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Don’t let ‘covert conflicts’ take over

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in Workplace Communication

Like the Hatfields and the McCoys, you and another worker become engaged in a feud. Only it’s not out in the open; it’s simmering under the surface.

The other worker, Lex, acts annoyed when you ask her things. She makes “jokes” at your expense. She contradicts you in front of higher-ups. And when you try to help with something, she becomes territorial, saying, “No, no, let me do that.”

You’re in the middle of a “covert conflict.” To resolve it, first turn it into an overt conflict. Three steps to take:

1. Clear the air with a direct conversation. If the problem seems trivial, let it go. But if it’s part of a larger pattern, then tackling it head-on could be your only solution. Start by asking Lex if you did something to offend her.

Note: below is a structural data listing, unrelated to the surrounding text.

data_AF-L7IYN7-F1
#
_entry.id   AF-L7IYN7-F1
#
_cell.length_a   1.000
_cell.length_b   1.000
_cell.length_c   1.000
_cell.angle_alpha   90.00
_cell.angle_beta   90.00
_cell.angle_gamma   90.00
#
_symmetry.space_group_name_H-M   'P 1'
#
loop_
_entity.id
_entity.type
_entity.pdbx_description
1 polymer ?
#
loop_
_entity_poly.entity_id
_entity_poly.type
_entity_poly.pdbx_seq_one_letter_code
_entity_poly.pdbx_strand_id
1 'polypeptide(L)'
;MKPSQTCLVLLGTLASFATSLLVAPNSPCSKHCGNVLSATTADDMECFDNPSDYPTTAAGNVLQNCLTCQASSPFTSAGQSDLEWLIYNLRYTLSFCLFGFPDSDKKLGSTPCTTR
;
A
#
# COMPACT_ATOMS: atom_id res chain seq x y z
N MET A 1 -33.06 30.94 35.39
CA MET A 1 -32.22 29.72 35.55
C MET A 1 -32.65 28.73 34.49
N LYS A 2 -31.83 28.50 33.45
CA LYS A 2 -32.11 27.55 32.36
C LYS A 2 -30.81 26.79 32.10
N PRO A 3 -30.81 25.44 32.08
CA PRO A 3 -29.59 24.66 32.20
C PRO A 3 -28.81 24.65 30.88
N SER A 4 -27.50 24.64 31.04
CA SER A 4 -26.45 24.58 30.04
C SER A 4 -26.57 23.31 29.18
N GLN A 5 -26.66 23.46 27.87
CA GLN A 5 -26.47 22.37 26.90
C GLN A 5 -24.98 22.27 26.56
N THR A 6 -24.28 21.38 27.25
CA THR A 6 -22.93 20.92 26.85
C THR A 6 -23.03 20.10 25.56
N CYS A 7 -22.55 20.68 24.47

2. Seek a neutral third party to join the talk. If you suspect that Lex might get defensive and deny that she’s done anything, find a good mediator who knows you both. A third party can encourage a frank discussion and allow both sides to feel safe enough to air feelings.

3. Ask questions. Focus first on understanding Lex’s position. Once you understand her position, she will be more willing to hear you out. You may be surprised by how she then becomes much more willing to accept your position.

In the end, you may find that Lex misinterpreted something you said long ago. Her festering feelings may have clouded her view and caused her to act out. By bringing it into the open, you can end the feud for good.

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